Rory McIlroy Calls For Peace Talks Between LIV Golf And Established Tours

On the same day a PGA Tour loyalist turned his Scottish Open press conference into an anti-LIV pulpit, professional golf’s conscience called for both sides to come to the table and engage in “peace talks.”

That’s the term that was presented to Rory McIlroy by BBC Sport Northern Ireland on Tuesday, and the four-time major champion agreed with that sentiment.

“It’s unfortunate,” McIlroy said. “It’s messy. I wish it hadn’t got that messy. In hindsight there were probably steps that were missed that wouldn’t have made it as messy.

“There’s so much chat about where the money is coming from Saudi and everything else. They sponsor so many other things. They are all over sport.”

Seven-time PGA Tour winner and former FedEx Cup champion Billy Horschel had essentially given the golf equivalent of a pro wrestling interview earlier in the day, labeling the LIV defectors “hypocrites” for expressing their desire to play less frequently while simultaneously fighting in courtrooms for the right to keep events on their schedules.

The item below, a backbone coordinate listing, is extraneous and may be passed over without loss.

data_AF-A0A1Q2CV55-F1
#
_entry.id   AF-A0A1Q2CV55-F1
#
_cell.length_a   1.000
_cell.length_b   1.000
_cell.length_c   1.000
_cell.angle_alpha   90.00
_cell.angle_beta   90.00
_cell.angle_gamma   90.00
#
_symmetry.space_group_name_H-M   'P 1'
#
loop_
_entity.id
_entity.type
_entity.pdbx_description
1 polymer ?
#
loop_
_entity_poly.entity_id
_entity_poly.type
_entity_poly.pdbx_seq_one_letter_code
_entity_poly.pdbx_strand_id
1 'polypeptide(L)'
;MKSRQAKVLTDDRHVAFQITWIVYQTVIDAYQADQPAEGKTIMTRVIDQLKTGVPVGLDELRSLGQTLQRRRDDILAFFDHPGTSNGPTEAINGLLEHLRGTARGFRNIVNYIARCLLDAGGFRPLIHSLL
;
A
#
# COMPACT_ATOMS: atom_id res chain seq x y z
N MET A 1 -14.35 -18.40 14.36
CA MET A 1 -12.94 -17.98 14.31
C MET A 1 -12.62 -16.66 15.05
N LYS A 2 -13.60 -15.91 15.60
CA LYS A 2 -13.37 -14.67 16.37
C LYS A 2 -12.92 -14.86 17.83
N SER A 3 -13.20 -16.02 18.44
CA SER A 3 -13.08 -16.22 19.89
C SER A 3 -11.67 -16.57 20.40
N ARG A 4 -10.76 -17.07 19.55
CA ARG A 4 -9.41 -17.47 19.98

“I’ve been really frustrated by it because there’s a lot of guys that are hypocrites, that aren’t telling the truth, that are lying about some things, and I just can’t stand to sit here anymore and be diplomatic about it as I have been in the past,” Horschel said Tuesday. “I don’t fault anyone for going to play the LIV tour. I don’t have any ill will for anyone going to play the LIV tour. I have ill will toward comments that they’ve made, comments saying that [PGA Tour commissioner] Jay Monahan doesn’t listen, the PGA Tour doesn’t listen to us.

“Jay Monahan and everyone at headquarters is the PGA Tour. They work tirelessly for us to reap the financial rewards and have all the opportunities that we have. At the same time, I am one of 200-plus members of the PGA Tour. I am the PGA Tour, just as 200 other members are the PGA Tour, so when you take shots at the PGA Tour and Jay Monahan, you’re not just taking shots at them, you’re taking shots at us.”

Ever the voice of reason, McIlroy toned down the rhetoric while holding firm on his position that former members of the PGA Tour and the DP World Tour should fully embrace the decision they’ve made and move on from those circuits entirely.

“At the end of the day it will sort itself out,” McIlroy said. “Everyone has to pivot and change and try to be better and hopefully get to that stage but as you said now it’s messy and all the narrative isn’t good; it’s splitting the game instead of everyone coming together. I think everyone needs to come together a little bit more.”